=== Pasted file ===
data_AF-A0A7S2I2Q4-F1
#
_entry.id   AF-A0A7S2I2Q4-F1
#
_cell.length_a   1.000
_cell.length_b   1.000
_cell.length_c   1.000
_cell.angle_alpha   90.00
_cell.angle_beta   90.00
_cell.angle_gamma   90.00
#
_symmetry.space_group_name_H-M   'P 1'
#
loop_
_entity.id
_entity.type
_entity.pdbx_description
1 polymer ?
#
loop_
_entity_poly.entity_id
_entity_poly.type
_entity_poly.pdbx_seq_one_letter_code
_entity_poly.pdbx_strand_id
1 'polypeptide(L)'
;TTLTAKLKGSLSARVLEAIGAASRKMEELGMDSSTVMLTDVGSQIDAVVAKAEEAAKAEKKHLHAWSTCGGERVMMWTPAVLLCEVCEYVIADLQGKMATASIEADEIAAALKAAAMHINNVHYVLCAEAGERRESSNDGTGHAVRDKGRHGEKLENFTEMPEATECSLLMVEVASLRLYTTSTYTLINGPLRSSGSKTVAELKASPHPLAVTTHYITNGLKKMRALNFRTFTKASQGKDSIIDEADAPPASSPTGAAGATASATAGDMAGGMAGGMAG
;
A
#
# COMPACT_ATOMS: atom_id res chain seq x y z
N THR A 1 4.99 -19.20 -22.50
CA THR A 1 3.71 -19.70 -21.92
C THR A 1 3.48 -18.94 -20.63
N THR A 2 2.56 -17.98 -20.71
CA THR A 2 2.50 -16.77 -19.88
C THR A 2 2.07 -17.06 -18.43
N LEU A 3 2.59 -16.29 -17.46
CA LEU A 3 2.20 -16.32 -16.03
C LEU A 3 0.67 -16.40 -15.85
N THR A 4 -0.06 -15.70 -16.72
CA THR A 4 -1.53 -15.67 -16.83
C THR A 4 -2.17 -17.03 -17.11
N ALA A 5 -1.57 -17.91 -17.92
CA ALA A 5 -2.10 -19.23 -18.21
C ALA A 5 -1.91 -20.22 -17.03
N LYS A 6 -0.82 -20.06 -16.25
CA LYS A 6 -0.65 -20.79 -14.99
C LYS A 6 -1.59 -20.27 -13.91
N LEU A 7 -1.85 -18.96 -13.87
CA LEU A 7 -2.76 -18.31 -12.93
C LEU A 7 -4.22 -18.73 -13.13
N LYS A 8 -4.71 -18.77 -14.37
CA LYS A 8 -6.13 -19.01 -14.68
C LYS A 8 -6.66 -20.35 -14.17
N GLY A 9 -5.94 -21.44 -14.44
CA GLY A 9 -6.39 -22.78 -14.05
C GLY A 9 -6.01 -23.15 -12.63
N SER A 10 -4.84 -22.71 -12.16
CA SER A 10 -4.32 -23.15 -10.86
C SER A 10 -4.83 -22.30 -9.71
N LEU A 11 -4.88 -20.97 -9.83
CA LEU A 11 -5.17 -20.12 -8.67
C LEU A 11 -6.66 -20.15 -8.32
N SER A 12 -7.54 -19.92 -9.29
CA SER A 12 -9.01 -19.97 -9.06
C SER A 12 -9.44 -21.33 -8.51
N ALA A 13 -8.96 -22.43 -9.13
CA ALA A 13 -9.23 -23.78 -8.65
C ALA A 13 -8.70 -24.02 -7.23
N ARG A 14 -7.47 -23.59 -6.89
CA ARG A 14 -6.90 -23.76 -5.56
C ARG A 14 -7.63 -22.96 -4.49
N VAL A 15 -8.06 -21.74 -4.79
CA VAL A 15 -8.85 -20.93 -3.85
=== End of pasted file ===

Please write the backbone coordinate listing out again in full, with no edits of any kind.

data_AF-A0A7S2I2Q4-F1
#
_entry.id   AF-A0A7S2I2Q4-F1
#
_cell.length_a   1.000
_cell.length_b   1.000
_cell.length_c   1.000
_cell.angle_alpha   90.00
_cell.angle_beta   90.00
_cell.angle_gamma   90.00
#
_symmetry.space_group_name_H-M   'P 1'
#
loop_
_entity.id
_entity.type
_entity.pdbx_description
1 polymer ?
#
loop_
_entity_poly.entity_id
_entity_poly.type
_entity_poly.pdbx_seq_one_letter_code
_entity_poly.pdbx_strand_id
1 'polypeptide(L)'
;TTLTAKLKGSLSARVLEAIGAASRKMEELGMDSSTVMLTDVGSQIDAVVAKAEEAAKAEKKHLHAWSTCGGERVMMWTPAVLLCEVCEYVIADLQGKMATASIEADEIAAALKAAAMHINNVHYVLCAEAGERRESSNDGTGHAVRDKGRHGEKLENFTEMPEATECSLLMVEVASLRLYTTSTYTLINGPLRSSGSKTVAELKASPHPLAVTTHYITNGLKKMRALNFRTFTKASQGKDSIIDEADAPPASSPTGAAGATASATAGDMAGGMAGGMAG
;
A
#
# COMPACT_ATOMS: atom_id res chain seq x y z
N THR A 1 4.99 -19.20 -22.50
CA THR A 1 3.71 -19.70 -21.92
C THR A 1 3.48 -18.94 -20.63
N THR A 2 2.56 -17.98 -20.71
CA THR A 2 2.50 -16.77 -19.88
C THR A 2 2.07 -17.06 -18.43
N LEU A 3 2.59 -16.29 -17.46
CA LEU A 3 2.20 -16.32 -16.03
C LEU A 3 0.67 -16.40 -15.85
N THR A 4 -0.06 -15.70 -16.72
CA THR A 4 -1.53 -15.67 -16.83
C THR A 4 -2.17 -17.03 -17.11
N ALA A 5 -1.57 -17.91 -17.92
CA ALA A 5 -2.10 -19.23 -18.21
C ALA A 5 -1.91 -20.22 -17.03
N LYS A 6 -0.82 -20.06 -16.25
CA LYS A 6 -0.65 -20.79 -14.99
C LYS A 6 -1.59 -20.27 -13.91
N LEU A 7 -1.85 -18.96 -13.87
CA LEU A 7 -2.76 -18.31 -12.93
C LEU A 7 -4.22 -18.73 -13.13
N LYS A 8 -4.71 -18.77 -14.37
CA LYS A 8 -6.13 -19.01 -14.68
C LYS A 8 -6.66 -20.35 -14.17
N GLY A 9 -5.94 -21.44 -14.44
CA GLY A 9 -6.39 -22.78 -14.05
C GLY A 9 -6.01 -23.15 -12.63
N SER A 10 -4.84 -22.71 -12.16
CA SER A 10 -4.32 -23.15 -10.86
C SER A 10 -4.83 -22.30 -9.71
N LEU A 11 -4.88 -20.97 -9.83
CA LEU A 11 -5.17 -20.12 -8.67
C LEU A 11 -6.66 -20.15 -8.32
N SER A 12 -7.54 -19.92 -9.29
CA SER A 12 -9.01 -19.97 -9.06
C SER A 12 -9.44 -21.33 -8.51
N ALA A 13 -8.96 -22.43 -9.13
CA ALA A 13 -9.23 -23.78 -8.65
C ALA A 13 -8.70 -24.02 -7.23
N ARG A 14 -7.47 -23.59 -6.89
CA ARG A 14 -6.90 -23.76 -5.56
C ARG A 14 -7.63 -22.96 -4.49
N VAL A 15 -8.06 -21.74 -4.79
CA VAL A 15 -8.85 -20.93 -3.85